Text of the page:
Jerry D
Alexandria, LA

ozzie banicki
May 04, 2012

I can't count on the wind favoring me when I'm fly fishing. A .45lc with 300 grains of hard cast in black bear country cut the wind every time.

Second, an Attwood air horn around one's neck is light and faster than a draw of a gun, appropriate in certain situations when used in combination.

A hand-held flare (looks like a baton) requires pulling the string also might borrow time for a quick draw of your handgun.

El Comanche
Jul 21, 2011

There are two distinct categories when it comes to bear encounters. People constantly mix them up, which is dangerous.

1. Avoidance: This is more important than any sort of defense gear.Talking clapping, bear bells and an air horn for very loud rivers with bear scat will assure you do not have an encounter. None of these do ANYTHING in a defense situation.

2. Defense: Once you have an encounter you have to be able to read it. In Steve's case above, using avoidance gear proved to be worthless. Pepper spray is much more effective in these situations.
In attacks, spray has proven itself about 70% effective according to bear behavior expert Gary Shelton. If the wind is in your face it is useless though. I find high winds common in the backcountry. A .44 magnum or larger caliber has proven to be about 95% effect in the right hands. I know many hikers do not like guns, but Gary has the experience and data to prove this. The problem with using a firearm in an attack is most hikers are not proficient enough to be effective. You must practice, hone you marksmanship and the speed of you draw to be effective. DO NOT SHOOT A BEAR IF YOU ARE NOT WILLING TO PUT IN THE TIME TO BE ACCURATE! A pissed off bear that has been shot anywhere but the head of spine will destroy you.
You also have to be able to understand the difference between a defensive aggressive attack and a predatory one.
I didn't write this to start a gun debate, just to point out the facts that I'm aware of. Gary Shelton has more experience/contact with aggressive bear behavior than anyone in the world. He trains forest service workers in the BC area. His books are worth reading.

El Comanche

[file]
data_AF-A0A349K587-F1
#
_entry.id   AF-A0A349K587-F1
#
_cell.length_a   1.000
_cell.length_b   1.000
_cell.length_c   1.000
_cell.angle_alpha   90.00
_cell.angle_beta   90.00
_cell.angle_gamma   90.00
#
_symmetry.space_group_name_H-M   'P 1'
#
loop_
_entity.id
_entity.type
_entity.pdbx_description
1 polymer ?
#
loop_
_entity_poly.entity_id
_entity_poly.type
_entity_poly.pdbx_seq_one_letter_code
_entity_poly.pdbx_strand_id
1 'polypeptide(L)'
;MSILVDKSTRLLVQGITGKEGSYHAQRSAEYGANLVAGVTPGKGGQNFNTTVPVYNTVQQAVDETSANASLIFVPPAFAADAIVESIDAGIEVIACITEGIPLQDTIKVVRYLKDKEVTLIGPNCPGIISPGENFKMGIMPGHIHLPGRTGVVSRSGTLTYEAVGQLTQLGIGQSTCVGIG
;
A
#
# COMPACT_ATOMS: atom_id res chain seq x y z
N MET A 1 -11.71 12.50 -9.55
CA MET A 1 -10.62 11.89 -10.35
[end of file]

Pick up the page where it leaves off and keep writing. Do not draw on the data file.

Jul 21, 2011

There are two distinct categories when it comes to bear encounters. People constantly mix them up, which is dangerous.

1. Avoidance: This is more important than any sort of defense gear.Talking clapping, bear bells and an air horn for very loud rivers with bear scat will assure you do not have an encounter. None of these do ANYTHING in a defense situation.

2. Defense: Once you have an encounter you have to be able to read it. In Steve's case above, using avoidance gear proved to be worthless. Pepper spray is much more effective in these situations.
In attacks, spray has proven itself about 70% effective according to bear behavior expert Gary Shelton. If the wind is in your face it is useless though. I find high winds common in the backcountry. A .44 magnum or larger caliber has proven to be about 95% effect in the right hands. I know many hikers do not like guns, but Gary has the experience and data to prove this. The problem with using a firearm in an attack is most hikers are not proficient enough to be effective. You must practice, hone you marksmanship and the speed of you draw to be effective. DO NOT SHOOT A BEAR IF YOU ARE NOT WILLING TO PUT IN THE TIME TO BE ACCURATE! A pissed off bear that has been shot anywhere but the head of spine will destroy you.
You also have to be able to understand the difference between a defensive aggressive attack and a predatory one.
I didn't write this to start a gun debate, just to point out the facts that I'm aware of. Gary Shelton has more experience/contact with aggressive bear behavior than anyone in the world. He trains forest service workers in the BC area. His books are worth reading.

John
Jun 30, 2011

I bought a horn for protection and thought I would try it at home to check it out. I was deaf for 5-10 minutes. I figured the bear could be attacking others and I wouldn't hear a thing. I leave the horn at home.

steve
Jun 17, 2011

I have personal experience trying to use an air horn to deter a bear. While backpacking in Alaska, we had a bear come into camp. He was standing about 40 feet away, and none of the noise we made (yelling, banging on pots, and using an air horn) had any noticeable effect. He finally moved when we started hitting him with softball sized rocks, but only moved just out of rock throwing range.

So while an air horn maymay work to alert a bear to your presence, it can't be relied on to deter a hungry habituated bear.